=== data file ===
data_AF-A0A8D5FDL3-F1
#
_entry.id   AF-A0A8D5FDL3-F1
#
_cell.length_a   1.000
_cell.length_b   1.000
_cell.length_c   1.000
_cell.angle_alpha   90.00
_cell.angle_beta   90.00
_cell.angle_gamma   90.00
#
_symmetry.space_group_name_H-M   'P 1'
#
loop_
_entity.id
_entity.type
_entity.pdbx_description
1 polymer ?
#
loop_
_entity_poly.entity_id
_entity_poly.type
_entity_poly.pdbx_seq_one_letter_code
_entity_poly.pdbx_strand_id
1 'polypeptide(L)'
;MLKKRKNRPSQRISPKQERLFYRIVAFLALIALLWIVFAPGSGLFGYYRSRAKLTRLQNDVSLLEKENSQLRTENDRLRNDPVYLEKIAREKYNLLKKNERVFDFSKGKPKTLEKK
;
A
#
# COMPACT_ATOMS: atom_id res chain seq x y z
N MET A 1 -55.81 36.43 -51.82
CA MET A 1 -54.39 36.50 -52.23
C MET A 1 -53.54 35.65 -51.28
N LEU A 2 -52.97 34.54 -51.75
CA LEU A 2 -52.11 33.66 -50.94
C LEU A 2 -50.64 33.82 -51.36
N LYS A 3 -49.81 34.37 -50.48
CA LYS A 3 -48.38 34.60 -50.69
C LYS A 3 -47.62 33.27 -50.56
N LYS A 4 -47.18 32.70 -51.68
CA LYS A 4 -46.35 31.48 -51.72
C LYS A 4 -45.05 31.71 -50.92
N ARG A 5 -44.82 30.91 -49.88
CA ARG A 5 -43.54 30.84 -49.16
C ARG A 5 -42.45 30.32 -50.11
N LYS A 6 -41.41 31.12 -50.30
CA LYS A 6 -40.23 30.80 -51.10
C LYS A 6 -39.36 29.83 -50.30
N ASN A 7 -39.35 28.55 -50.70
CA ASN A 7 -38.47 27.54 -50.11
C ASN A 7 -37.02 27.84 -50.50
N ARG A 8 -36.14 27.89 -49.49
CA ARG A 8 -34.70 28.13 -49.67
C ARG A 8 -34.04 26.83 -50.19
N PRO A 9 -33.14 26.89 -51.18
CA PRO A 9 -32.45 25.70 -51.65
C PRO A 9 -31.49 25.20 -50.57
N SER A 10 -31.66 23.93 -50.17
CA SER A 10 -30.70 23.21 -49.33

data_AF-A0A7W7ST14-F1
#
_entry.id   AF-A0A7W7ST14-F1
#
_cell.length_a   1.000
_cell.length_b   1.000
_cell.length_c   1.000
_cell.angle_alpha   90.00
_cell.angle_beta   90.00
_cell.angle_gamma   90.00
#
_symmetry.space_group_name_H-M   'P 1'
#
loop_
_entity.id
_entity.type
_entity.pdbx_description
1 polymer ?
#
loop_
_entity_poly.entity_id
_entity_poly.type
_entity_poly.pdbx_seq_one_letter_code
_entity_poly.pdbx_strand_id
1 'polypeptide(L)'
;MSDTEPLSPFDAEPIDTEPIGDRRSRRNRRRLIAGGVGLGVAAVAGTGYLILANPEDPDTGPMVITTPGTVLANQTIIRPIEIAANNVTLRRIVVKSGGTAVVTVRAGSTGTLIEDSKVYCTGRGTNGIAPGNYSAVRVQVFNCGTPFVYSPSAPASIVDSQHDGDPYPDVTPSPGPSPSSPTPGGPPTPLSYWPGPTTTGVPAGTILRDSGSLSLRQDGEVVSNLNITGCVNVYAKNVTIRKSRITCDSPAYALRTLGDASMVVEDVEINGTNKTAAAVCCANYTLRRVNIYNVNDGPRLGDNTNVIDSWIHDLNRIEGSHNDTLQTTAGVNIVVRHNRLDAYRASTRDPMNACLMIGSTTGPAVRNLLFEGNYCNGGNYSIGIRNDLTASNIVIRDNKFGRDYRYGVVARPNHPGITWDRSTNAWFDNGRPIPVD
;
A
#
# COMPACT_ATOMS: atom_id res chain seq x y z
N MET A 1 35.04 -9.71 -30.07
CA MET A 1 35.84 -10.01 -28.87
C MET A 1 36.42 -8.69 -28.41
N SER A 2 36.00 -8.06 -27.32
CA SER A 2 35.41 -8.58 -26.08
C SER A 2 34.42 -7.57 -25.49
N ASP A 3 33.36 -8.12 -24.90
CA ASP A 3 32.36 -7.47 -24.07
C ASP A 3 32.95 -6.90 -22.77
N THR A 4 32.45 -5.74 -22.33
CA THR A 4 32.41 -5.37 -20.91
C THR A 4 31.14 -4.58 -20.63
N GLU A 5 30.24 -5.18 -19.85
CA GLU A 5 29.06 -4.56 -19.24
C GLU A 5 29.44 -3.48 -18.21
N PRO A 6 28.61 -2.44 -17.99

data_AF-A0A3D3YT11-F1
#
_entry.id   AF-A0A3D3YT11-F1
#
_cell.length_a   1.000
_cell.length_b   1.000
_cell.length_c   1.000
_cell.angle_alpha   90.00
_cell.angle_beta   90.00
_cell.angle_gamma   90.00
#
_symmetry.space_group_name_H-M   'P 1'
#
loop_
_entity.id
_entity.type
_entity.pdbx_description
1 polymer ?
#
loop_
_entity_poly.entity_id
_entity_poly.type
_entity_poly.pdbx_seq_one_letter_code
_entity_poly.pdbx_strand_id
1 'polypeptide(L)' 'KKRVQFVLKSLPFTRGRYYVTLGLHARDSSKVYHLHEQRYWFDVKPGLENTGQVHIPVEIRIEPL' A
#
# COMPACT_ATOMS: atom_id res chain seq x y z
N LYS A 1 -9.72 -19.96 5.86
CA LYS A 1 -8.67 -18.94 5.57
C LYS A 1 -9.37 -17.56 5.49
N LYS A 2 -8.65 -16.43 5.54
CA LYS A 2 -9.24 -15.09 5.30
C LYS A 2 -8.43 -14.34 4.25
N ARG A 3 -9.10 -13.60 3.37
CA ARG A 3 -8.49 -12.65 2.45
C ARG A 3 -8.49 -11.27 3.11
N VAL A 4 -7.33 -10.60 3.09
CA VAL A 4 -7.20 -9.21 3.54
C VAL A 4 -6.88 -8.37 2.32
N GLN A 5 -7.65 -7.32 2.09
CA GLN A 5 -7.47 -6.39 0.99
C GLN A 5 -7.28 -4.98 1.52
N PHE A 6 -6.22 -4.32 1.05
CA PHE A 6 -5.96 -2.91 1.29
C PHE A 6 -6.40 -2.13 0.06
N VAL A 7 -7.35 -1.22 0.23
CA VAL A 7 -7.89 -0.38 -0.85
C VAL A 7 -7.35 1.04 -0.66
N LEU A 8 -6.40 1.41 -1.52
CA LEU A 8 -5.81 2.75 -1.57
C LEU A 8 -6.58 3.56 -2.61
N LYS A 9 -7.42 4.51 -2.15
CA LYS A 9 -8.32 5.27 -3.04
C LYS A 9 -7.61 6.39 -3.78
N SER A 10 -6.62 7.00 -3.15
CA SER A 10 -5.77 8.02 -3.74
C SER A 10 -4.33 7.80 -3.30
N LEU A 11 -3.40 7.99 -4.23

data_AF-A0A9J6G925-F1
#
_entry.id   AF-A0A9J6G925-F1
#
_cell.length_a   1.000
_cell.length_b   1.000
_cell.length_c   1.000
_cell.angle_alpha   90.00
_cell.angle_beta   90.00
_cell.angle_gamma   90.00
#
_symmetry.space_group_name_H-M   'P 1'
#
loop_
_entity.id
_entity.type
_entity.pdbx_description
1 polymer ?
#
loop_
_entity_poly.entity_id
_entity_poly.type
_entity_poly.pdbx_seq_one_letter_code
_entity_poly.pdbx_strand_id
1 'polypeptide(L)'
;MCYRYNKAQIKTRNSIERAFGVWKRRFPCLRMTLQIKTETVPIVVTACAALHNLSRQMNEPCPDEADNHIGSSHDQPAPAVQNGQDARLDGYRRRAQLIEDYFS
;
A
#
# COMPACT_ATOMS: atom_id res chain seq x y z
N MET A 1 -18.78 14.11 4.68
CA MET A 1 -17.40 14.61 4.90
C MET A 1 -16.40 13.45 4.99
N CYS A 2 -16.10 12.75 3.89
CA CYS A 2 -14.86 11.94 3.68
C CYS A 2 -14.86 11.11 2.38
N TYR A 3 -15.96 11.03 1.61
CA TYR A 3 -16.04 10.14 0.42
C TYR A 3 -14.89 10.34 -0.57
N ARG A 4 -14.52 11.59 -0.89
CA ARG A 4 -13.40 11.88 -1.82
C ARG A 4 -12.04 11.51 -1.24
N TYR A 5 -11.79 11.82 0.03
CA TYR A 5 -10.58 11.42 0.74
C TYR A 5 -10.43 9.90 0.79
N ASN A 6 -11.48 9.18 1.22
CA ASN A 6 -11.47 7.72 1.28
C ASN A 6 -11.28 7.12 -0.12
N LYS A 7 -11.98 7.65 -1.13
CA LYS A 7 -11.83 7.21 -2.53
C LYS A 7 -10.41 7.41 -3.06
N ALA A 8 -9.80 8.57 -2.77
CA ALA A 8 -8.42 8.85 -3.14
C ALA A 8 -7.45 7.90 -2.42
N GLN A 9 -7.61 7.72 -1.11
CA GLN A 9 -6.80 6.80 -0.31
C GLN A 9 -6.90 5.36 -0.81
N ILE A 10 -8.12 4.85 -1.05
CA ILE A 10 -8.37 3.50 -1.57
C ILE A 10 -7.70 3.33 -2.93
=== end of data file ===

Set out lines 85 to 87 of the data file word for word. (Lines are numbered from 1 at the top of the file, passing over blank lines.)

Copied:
;MSDTEPLSPFDAEPIDTEPIGDRRSRRNRRRLIAGGVGLGVAAVAGTGYLILANPEDPDTGPMVITTPGTVLANQTIIRPIEIAANNVTLRRIVVKSGGTAVVTVRAGSTGTLIEDSKVYCTGRGTNGIAPGNYSAVRVQVFNCGTPFVYSPSAPASIVDSQHDGDPYPDVTPSPGPSPSSPTPGGPPTPLSYWPGPTTTGVPAGTILRDSGSLSLRQDGEVVSNLNITGCVNVYAKNVTIRKSRITCDSPAYALRTLGDASMVVEDVEINGTNKTAAAVCCANYTLRRVNIYNVNDGPRLGDNTNVIDSWIHDLNRIEGSHNDTLQTTAGVNIVVRHNRLDAYRASTRDPMNACLMIGSTTGPAVRNLLFEGNYCNGGNYSIGIRNDLTASNIVIRDNKFGRDYRYGVVARPNHPGITWDRSTNAWFDNGRPIPVD
;
A